Visit or call the company to verify if they accept pets and what types, and if they are travelling on the same plane or via a cargo airline. Some airlines do not allow specific breeds. Some carriers will charge a fix fee for your pet transportation per leg or by total weight including the kennel. The last option will incur very high fees, almost like a ticket for a human. If weather is too cold or hot on the day of travel, restrictions apply. Check the minimum pet age restriction. A puppy might not be taken on board if too young. When you enter a different country, your pet may remain in quarantine depending on the local restrictions. They will remain at the airport special facility until the period is over. Some countries have high standards to protect their land from diseases, such as Australia, New Zealand and United Kingdom. Therefore, leave your pet home if you are not moving to the location.

The transportation company will require a proper kennel with specific dimensions (make sure that the pet carrier is properly labeled with your contact information), and a health certificate issued by your veterinary doctor. The traveling fee is usually higher if your pet stays in the cabin with you and it is small enough and well mannered, or if he or she is a service dog or an emotional support pet. Your veterinary doctor will provide some drops to calm and reduce stress in your dog.

If traveling abroad, once you have landed, the receiving country will require you to pay for an entry fee and they will check all the documentation.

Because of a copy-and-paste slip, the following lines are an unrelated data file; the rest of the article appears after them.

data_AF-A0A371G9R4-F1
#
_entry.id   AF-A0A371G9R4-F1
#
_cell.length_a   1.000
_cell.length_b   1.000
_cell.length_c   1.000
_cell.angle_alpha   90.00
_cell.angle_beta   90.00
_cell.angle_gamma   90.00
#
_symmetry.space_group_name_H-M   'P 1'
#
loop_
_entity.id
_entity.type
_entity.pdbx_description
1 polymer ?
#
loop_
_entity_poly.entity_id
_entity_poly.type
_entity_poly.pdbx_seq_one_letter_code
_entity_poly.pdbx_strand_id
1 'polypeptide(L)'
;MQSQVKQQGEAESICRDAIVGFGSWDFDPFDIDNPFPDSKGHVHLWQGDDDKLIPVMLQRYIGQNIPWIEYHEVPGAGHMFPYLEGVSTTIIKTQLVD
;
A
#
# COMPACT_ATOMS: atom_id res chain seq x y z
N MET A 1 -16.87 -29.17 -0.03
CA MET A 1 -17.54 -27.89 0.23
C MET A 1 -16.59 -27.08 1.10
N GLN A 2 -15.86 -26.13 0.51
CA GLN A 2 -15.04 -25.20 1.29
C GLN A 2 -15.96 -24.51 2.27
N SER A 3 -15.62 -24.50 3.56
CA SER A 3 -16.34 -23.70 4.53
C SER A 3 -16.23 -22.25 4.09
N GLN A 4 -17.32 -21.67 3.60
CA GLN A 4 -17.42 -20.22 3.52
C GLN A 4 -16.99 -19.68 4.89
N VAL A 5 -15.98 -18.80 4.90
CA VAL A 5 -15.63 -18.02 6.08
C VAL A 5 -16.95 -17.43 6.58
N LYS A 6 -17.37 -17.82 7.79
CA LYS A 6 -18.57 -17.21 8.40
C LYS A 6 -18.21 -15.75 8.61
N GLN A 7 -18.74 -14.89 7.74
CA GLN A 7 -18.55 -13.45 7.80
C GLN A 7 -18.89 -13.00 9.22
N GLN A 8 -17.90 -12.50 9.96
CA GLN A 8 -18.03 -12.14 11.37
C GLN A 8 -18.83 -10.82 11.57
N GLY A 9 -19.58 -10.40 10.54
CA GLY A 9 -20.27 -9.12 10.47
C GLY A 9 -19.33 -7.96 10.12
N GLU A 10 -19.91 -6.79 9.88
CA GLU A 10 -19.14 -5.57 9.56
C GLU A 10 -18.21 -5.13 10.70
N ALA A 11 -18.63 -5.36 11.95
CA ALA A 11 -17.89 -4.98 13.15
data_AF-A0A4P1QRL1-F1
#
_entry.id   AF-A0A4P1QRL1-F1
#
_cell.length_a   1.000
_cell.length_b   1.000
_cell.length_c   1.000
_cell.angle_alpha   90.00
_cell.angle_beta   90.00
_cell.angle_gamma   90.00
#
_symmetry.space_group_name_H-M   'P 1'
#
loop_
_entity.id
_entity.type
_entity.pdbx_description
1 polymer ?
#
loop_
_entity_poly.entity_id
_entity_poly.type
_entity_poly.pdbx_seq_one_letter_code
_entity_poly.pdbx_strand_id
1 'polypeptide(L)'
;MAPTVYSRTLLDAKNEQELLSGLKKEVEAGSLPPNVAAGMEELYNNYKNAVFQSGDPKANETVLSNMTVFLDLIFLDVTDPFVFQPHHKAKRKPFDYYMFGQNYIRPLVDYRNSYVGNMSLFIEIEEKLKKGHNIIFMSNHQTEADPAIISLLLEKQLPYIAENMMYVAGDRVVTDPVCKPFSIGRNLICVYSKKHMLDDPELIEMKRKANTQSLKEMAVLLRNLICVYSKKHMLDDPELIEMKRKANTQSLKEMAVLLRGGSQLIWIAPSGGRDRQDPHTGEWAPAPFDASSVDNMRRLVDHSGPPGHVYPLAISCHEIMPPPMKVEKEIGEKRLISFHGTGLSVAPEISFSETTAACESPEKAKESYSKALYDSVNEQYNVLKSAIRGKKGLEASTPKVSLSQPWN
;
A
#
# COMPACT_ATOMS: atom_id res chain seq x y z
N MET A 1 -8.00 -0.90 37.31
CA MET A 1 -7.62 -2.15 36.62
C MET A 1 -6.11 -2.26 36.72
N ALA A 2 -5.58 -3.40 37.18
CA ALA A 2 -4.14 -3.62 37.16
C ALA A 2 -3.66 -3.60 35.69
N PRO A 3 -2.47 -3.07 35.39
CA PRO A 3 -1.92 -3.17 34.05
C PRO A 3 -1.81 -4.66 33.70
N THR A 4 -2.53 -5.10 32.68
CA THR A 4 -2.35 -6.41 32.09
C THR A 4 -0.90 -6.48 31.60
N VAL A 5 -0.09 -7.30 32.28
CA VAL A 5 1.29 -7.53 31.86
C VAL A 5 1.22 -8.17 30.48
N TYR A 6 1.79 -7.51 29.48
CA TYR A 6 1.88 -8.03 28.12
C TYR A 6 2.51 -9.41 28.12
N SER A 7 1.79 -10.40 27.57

Last but not least, we have seen on the news that some renowned airlines have lost pets, either leaving them behind at the airport, putting them in a different plane, and leaving the kennel door open resulting on a dog running on the ramps. Some died during the trip due to the temperature in the plane. The airline will not take responsability in most of the cases where unexpected things happen. There are also some private jet companies that offer high class VIP pet air transportation.

Now, let’s talk about hotels that are pet friendly. In the hospitality industry most of the facilities, or should I say all of them, accept service dogs but there are quite a few hotel chains, such as Aloft or Hilton, that have a Pet Friendly program and even their own ambassador (usually a dog). Pet daily fees vary from $25-$50 per night that will be added to your room stay, and they may also charge a non-refundable fee to cover cleaning or incidents (they can go up to $250 if it is a 5 star or luxury hotel). The downside of this is that most of the hotels require to lock your pet inside a kennel when you leave the room to avoid accidents, to protect the hotel employees while cleaning the room or to avoid great escape artists! If your dog is quiet and can handle being alone, good; if he or she will bark and cry and someone complains, you might be requested to take your pet somewhere else outside the facility. Some hotels offer a comfy bed for your pet, a welcome doggy bag and dog walking services. Nice, huh? Please visit the section “amenities” of your hotel website. See what types of animals are allowed, and check fees and terms.

Here is a very good website that can provide more specific information for pet travel requirements. Visit www.pettravel.com

As you can see, there are quite a few things to consider before traveling with your pooch. Take enough time to plan ahead before booking your trip.

Alejandra McBride